Hotels with relatively large exposure to Europe will face the brunt of the terror attack in Brussels. European hotel chain Accor Group has 20 hotels in Brussels. It will be impacted the most. InterContinental has six hotels in Brussels. Europe forms 80% of Accor and 15% of InterContinental’s revenue.
The major US hotel chains that will be impacted include Hyatt Hotels (H), Hilton Hotels (HLT), Starwood Hotels (HOT), and Marriott (MAR). It’s important to note that 15% of Hyatt’s properties, 13% of Starwood’s properties, 8% of Hilton’s properties, and 4% of Marriott’s properties are based in Europe. However, Marriott has the highest exposure to Brussels with five properties. It’s followed by Hilton with three properties.
Marriott forms ~2% of the NASDAQ-100 Ex-Technology Sector Index (QQXT).
Hotels in Paris and Turkey still haven’t recovered
Hotels chains in Paris and Turkey still haven’t completely recovered since their respective terrorist attacks. The revenue per available room has been contained. Hotels didn’t lower room rates. The climate change summit COP21 eased some of the pressure on demand.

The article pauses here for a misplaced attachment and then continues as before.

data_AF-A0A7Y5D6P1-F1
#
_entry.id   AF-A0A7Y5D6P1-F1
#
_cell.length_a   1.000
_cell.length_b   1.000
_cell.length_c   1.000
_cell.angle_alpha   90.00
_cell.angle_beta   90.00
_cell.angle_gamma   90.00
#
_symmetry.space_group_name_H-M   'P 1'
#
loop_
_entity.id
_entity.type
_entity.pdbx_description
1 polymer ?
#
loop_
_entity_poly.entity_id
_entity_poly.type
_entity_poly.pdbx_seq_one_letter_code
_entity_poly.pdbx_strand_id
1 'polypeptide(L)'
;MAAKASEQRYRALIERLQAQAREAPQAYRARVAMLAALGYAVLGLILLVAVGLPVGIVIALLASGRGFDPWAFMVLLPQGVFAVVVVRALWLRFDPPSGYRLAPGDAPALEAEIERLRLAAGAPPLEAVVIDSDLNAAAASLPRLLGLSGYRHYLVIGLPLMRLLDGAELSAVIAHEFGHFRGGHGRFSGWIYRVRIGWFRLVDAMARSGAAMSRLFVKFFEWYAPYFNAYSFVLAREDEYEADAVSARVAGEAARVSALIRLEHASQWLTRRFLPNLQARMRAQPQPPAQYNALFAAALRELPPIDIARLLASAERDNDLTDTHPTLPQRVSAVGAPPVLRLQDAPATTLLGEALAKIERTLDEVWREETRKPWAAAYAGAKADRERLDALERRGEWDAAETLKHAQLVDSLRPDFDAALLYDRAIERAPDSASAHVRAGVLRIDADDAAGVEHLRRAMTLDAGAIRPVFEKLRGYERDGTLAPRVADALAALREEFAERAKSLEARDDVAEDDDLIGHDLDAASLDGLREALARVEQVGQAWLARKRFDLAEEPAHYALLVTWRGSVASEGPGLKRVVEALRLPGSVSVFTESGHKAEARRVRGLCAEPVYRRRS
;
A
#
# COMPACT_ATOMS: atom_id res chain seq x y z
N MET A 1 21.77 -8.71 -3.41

However, a weak economy and currency along with terror fears continue to put pressure on demand.
Leisure demand will have a greater impact than business demand. Apart from Belgium, the impact on Europe is expected to be small. This was the case with the Paris and Turkey attacks.
Research from The Economist showed that terror attacks usually cause a short-term disruption to economic life. However, people tend to just postpone their travel plans rather than completely abandon them.
The impact on Belgium’s lodging sector might be short-lived. The demand will likely recover after the initial shock and anxiety subside.